By 2030 cities will be home to 60% of the global population which will lead to increased traffic congestion and reduced air quality through a 60% increase in CO2 emissions.
Today, the transport sector represents 23% of all energy-related global emissions. Transport emissions have grown faster than any other sector over the past 50 years while demand for transport continues to grow. As a result, CO2 emissions from transport activity will not decrease but rather could potentially increase by 60% by 2050.
Curbing these sectoral emissions is essential to implementing global pathways consistent with the Paris Agreement goal of keeping global temperatures “well below a 2C increase”. Ambitious reductions of transport emissions require an alignment of national plans, a strong engagement from cities, sectoral roadmaps and strategies of the private sector. To succeed in this endeavor, strong action and coordination of all stakeholders are required.
In 2018 WBCSD joined forces with five key international initiatives to support policymakers in the transformation of the mobility sector. A Transport Decarbonization Toolbox was launched at the Movin’On summit in June 2018 to help stakeholders translate ambitions into actions.
The Transport Decarbonization Toolbox initiative provides essential tools for transport stakeholders to identify transport-related measures to limit global warming. The tools enable an inclusive dialogue between countries, cities, regions, companies, citizens and experts in order to define relevant and implementable low emissions objectives and strategies.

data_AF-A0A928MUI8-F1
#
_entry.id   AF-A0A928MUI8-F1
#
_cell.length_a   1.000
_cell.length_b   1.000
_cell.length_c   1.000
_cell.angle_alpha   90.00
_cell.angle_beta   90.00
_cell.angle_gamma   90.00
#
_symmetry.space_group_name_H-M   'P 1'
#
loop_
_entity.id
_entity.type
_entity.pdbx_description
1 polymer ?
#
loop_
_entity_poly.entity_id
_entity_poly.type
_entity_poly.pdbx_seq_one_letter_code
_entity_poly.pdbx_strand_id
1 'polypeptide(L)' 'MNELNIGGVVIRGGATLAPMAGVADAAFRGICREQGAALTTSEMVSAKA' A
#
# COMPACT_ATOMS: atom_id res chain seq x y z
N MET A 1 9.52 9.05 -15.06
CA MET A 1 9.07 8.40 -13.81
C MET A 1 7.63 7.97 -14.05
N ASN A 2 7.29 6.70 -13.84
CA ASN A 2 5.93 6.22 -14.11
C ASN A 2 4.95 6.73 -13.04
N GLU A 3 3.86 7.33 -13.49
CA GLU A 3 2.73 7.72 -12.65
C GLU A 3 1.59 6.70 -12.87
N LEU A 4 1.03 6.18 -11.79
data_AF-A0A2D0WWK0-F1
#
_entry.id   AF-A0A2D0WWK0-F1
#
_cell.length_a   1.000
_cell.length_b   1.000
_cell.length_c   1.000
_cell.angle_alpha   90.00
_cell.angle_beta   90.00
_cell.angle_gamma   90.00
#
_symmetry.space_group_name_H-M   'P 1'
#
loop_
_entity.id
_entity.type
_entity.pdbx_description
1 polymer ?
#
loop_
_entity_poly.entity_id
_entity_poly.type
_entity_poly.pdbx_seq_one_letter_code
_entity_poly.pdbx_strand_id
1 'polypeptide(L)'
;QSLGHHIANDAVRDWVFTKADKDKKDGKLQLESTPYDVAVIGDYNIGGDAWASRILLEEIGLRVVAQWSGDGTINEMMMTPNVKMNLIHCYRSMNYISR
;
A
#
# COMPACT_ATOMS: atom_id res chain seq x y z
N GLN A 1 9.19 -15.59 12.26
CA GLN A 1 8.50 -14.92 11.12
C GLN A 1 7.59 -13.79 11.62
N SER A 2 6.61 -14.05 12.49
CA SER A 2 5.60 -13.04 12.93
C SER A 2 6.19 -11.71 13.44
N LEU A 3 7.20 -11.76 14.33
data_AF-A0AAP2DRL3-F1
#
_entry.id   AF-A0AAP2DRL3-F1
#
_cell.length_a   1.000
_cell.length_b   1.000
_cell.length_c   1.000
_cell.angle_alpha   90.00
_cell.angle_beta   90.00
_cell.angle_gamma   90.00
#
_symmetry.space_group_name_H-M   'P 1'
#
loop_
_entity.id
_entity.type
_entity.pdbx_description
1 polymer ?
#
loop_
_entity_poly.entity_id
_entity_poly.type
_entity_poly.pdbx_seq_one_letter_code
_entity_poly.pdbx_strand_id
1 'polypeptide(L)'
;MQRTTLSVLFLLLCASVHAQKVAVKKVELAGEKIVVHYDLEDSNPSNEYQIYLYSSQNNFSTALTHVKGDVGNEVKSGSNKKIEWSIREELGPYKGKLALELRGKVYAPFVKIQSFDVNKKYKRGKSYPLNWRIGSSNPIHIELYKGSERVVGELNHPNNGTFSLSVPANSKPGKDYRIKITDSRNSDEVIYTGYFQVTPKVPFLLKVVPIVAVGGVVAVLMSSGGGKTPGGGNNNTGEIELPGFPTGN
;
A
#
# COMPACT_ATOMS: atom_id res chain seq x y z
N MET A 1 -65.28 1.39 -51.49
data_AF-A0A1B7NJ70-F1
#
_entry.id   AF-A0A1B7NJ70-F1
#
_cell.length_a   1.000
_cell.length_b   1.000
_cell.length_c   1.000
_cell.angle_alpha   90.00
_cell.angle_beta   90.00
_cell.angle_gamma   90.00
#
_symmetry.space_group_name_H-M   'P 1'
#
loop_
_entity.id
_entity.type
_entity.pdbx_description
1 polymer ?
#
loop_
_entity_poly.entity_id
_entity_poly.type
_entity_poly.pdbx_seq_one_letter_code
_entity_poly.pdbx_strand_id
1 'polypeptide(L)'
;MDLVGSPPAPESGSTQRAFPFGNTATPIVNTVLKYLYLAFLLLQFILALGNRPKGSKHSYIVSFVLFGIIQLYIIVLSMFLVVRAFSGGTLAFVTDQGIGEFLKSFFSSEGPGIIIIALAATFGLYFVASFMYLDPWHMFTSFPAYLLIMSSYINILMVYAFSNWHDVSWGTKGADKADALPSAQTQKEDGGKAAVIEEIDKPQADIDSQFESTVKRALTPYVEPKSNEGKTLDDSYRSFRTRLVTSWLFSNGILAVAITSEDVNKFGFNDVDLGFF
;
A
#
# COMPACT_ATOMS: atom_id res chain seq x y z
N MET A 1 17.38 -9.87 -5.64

The Toolbox addresses three crucial stakeholders in the transformation of the mobility sector:
- cities, and
Countries can rely on the following tools to achieve emissions targets nation-wide:
- The framework proposed in the PPMC macro-roadmap of action (2050 horizon);
- The “Decarbonizing Transport” modeling tools crafted by the International Transport Forum (ITF);
- The DDPP (Deep Decarbonisation Pathway) projects developed by the Institut du Développement Durable et des Relations Internationales (IDDRI);
Companies can use the SBT (Science Based Target) methodology developed by the Carbon Disclosure Project (CDP), the UN Global Compact (UNGC), the World Resource Institute (WRI), and the World Wide Fund (WWF) to set greenhouse gas emission reduction targets in line with climate science.